With the holiday season heating up, Thomson-Shore and the University of California Press are working closely together to make sure that the season's sleeper hit—The Autobiography of Mark Twain, Volume 1, edited by the Mark Twain Project at the University of California–Berkeley—reaches eager, and anxious, booksellers before Christmas.
"They will get hold of the book," insisted Reagan Borton, marketing manager at Thomson-Shore, a medium-sized, wholly employee-owned, book manufacturer headquartered in Dexter, Mich. "We're doing all that we can to keep up with the demand. We're receiving [purchase orders] from the press and have met those P.O.s. In some cases, we've been shipping books early."
The 38-year-old company, which is more accustomed to short and medium print runs averaging 4,000 copies for university, trade, and religious publishers, has been working at maximum capacity this past month to meet an unexpected demand by consumers for the 736-page tome, which was released November 15. Thomson-Shore's entire staff of 220 has been working overtime on that and other projects, with approximately 70 employees dedicated to working exclusively on Mark Twain. The company has even rented additional space to store the huge amounts of paper required. "It's not a staffing issue, it's a capacity issue," Borton said, disclosing that Thomson-Shore recently rehired employees laid off in 2009, as well as temporary workers, to fill all three shifts.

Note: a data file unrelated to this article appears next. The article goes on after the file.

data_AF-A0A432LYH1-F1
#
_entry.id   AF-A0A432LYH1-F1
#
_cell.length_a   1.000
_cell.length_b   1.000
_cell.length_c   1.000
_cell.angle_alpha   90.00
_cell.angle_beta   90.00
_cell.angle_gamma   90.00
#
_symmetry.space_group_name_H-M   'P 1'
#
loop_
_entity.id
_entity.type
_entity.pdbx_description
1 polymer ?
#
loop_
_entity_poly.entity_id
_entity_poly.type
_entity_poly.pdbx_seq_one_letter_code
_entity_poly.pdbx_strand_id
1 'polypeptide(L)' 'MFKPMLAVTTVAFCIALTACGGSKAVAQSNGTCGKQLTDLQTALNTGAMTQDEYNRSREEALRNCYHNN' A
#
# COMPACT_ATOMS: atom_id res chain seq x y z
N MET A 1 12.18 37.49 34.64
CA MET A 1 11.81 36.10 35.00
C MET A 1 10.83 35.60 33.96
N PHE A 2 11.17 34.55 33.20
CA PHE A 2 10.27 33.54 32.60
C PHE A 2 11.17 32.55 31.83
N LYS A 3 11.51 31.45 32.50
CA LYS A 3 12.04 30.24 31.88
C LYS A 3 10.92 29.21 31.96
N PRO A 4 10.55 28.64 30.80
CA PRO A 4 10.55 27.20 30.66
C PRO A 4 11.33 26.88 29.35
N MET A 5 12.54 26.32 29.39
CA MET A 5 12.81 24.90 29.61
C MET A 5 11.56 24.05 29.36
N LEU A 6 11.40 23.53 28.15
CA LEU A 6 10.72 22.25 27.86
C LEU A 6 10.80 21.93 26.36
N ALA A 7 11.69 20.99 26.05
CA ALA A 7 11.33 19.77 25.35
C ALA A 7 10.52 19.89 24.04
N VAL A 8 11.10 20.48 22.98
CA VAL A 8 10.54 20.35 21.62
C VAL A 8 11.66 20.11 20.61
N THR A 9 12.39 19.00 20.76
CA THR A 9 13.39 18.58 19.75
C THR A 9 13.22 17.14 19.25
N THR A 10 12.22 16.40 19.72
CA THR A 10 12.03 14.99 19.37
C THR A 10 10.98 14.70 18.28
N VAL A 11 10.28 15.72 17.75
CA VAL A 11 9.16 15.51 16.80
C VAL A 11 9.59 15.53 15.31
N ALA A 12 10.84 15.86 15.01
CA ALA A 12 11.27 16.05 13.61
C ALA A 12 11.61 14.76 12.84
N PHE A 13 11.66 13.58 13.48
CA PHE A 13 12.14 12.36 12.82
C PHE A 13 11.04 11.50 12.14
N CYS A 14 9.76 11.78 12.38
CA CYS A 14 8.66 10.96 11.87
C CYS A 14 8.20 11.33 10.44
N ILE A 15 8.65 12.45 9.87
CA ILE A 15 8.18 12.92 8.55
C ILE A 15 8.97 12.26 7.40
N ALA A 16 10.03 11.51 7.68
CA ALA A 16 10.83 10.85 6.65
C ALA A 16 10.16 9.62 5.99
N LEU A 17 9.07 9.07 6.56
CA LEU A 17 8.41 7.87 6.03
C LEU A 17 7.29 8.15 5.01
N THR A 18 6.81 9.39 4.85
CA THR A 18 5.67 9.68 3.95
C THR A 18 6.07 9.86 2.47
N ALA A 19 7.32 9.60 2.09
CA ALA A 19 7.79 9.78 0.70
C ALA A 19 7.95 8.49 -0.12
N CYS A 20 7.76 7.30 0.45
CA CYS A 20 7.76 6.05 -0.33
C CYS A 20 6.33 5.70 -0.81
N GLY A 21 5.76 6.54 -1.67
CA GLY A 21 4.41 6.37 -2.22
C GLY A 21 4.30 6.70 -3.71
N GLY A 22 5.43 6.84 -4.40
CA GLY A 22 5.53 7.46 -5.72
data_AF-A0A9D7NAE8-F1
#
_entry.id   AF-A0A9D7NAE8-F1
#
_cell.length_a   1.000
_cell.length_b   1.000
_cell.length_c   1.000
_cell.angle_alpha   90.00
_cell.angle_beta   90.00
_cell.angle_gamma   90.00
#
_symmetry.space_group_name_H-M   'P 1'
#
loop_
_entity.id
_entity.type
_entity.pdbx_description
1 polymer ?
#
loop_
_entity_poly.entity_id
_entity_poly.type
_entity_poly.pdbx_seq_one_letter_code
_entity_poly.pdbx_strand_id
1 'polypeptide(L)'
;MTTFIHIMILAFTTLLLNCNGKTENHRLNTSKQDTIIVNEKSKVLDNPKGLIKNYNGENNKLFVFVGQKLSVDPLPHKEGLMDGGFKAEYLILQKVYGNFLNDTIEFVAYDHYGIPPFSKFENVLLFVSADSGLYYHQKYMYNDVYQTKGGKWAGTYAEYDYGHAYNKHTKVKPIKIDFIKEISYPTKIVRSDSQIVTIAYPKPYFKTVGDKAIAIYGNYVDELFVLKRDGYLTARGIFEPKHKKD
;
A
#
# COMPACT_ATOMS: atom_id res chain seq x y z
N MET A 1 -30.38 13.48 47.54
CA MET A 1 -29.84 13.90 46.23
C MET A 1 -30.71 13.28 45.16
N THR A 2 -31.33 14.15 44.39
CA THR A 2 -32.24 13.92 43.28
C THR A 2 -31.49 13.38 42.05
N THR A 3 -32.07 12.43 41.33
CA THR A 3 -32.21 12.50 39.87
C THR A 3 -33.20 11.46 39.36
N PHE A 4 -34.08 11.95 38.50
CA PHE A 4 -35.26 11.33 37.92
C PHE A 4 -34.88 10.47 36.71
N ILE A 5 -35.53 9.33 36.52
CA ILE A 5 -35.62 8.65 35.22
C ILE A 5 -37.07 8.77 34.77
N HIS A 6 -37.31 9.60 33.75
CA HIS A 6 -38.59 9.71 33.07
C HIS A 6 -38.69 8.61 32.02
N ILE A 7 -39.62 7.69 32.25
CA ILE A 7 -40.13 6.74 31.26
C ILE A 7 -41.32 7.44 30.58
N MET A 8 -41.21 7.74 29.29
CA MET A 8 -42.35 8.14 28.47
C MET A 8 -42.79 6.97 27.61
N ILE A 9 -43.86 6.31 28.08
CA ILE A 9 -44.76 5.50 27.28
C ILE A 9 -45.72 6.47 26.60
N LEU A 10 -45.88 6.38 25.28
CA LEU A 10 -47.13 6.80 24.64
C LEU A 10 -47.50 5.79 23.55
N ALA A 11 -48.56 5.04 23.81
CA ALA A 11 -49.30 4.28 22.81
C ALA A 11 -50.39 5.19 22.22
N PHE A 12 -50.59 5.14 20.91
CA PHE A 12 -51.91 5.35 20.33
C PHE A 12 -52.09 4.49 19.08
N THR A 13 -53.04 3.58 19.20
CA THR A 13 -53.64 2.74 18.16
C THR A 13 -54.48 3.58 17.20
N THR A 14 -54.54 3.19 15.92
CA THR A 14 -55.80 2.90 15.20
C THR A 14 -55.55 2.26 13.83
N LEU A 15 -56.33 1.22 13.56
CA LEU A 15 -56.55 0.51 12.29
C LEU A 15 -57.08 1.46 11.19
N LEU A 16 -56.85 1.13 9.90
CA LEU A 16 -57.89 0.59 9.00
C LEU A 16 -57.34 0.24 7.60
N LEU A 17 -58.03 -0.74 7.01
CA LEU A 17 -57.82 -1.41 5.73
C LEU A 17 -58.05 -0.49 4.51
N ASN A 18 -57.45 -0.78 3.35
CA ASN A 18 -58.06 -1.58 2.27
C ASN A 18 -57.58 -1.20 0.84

Since its first print run of 50,000 copies, Mark Twain has gone back to press seven times, for a total of 350,000 copies. Thomson-Shore is printing the last, 100,000-copy print run in batches of 30,000, as its presses can typically handle only 50,000 copies of a book per run. Due to the book's size and the high quality of its production values, POD is not an option to supply some titles in a hurry. "We don't want to push them through so fast that the books fall apart in booksellers' hands," Borton said.
Besides renting additional space to store the huge quantities of paper, Thomson-Shore has rented large trailers to deliver 10,000 copies in each load to the University of California Press's distribution centers in California and New Jersey. "With these trailers, they can deliver about 2,000 more than on standard trailers," explained Laura Cerruti, the University of California Press's director of digital content development and sponsoring editor for the press's Mark Twain program, who has worked directly with the Mark Twain Project on the book for the past eight years. After delivery to the press's distribution centers, the books are transferred directly from the loading docks onto trucks taking the books to booksellers and other customers.
While it's not business-as-usual these days at the company's plant, this isn't the first time Thomson-Shore has had to immediately ratchet up production to meet huge demand. Five years ago, after Cardinal Joseph Ratzinger became Pope Benedict XVI, Ignatius Press, a Catholic press in San Francisco that's Ratzinger's English-language book publisher, was swamped with orders. "All of our existing stock of books was sold out within hours," recalled Carolyn R. Lemon, Ignatius Press's production editor, who praised Thomson-Shore in an e-mailed statement for successfully meeting the demands placed on them to immediately both reprint existing Ratzinger titles and to accelerate production on new releases by him—24 titles in all. Nine of those titles were among Amazon's top 10 bestsellers the day after Ratzinger was elected pope.